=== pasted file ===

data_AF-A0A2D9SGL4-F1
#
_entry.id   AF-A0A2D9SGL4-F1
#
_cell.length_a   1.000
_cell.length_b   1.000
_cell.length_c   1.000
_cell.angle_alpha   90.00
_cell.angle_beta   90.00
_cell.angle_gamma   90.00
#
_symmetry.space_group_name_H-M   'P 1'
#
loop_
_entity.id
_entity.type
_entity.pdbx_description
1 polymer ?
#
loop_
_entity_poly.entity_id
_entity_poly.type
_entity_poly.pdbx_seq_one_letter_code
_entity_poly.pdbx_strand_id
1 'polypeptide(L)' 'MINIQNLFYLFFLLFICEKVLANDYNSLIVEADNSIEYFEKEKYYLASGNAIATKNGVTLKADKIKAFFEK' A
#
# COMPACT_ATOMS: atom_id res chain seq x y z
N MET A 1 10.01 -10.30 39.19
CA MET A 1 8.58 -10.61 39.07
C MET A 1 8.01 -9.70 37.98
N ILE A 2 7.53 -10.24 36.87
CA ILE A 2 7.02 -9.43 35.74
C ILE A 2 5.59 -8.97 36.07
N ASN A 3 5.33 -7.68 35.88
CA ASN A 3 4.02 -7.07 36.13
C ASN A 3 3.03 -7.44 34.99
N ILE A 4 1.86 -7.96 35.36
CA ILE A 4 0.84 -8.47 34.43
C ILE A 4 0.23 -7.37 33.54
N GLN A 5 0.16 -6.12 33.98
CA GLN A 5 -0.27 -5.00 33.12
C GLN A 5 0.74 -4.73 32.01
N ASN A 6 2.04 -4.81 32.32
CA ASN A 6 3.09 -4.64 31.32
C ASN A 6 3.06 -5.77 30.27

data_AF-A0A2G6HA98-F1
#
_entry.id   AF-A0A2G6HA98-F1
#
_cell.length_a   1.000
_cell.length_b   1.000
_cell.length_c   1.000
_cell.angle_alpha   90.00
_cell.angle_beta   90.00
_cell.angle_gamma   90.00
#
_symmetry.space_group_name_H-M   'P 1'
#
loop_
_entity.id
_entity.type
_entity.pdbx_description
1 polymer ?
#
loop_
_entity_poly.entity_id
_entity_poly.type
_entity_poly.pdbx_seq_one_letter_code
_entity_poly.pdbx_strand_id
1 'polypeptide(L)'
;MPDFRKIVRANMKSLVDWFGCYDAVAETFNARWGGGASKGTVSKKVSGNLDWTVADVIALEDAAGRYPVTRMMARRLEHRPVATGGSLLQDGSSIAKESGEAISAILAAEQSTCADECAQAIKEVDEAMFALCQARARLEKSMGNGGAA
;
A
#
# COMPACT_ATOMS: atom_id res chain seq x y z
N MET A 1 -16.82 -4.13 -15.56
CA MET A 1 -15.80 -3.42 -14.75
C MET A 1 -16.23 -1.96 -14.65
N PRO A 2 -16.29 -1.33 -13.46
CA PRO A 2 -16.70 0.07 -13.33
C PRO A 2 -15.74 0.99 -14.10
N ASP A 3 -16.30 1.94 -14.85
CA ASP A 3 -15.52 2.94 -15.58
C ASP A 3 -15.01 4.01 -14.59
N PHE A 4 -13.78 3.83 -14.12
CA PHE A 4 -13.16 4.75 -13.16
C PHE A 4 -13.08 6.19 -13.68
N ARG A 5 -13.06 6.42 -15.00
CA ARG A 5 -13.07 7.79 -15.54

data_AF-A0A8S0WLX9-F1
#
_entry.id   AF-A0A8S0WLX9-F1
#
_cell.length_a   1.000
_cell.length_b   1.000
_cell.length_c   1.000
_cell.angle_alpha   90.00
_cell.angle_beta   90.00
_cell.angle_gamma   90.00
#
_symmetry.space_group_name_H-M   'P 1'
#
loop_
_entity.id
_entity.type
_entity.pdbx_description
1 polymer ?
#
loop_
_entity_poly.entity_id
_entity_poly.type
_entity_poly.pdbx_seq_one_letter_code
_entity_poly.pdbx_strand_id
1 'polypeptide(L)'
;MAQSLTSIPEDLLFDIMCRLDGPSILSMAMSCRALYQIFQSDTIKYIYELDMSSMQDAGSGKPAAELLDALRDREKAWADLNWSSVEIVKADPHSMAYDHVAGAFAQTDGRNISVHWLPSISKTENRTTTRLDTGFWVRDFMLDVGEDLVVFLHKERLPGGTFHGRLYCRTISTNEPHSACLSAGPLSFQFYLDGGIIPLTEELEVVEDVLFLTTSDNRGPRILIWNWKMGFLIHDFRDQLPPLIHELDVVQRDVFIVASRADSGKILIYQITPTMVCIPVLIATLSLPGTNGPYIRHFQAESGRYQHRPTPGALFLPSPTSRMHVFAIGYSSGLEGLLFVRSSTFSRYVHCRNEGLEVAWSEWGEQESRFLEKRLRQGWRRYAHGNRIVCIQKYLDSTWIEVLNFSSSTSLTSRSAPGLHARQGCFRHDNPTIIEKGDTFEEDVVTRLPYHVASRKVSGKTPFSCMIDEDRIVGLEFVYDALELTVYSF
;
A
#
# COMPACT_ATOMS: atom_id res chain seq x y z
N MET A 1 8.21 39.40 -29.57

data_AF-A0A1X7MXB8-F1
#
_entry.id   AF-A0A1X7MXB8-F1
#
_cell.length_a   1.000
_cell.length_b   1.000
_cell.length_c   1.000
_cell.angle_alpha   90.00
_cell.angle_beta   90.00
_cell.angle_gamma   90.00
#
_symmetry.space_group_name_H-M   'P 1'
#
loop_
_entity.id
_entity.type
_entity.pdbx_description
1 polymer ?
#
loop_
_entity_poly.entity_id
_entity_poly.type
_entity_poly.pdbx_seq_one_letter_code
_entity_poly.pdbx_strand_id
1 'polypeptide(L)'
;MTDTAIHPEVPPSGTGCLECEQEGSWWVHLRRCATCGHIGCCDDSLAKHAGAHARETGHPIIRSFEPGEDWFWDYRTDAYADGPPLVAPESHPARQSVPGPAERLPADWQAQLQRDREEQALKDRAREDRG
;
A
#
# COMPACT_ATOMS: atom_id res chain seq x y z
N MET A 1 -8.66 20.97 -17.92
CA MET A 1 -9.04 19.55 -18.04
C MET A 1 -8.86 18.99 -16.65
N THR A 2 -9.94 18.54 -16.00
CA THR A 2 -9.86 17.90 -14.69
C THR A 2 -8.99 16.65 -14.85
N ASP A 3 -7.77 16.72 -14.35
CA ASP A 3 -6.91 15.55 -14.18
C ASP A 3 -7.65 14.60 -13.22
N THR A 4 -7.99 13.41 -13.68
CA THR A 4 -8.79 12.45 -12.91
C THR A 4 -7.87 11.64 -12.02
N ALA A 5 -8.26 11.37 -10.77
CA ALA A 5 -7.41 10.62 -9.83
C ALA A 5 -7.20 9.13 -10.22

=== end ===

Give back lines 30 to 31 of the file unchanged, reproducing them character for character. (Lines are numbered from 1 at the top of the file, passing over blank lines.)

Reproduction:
C MET A 1 8.01 -9.70 37.98
N ILE A 2 7.53 -10.24 36.87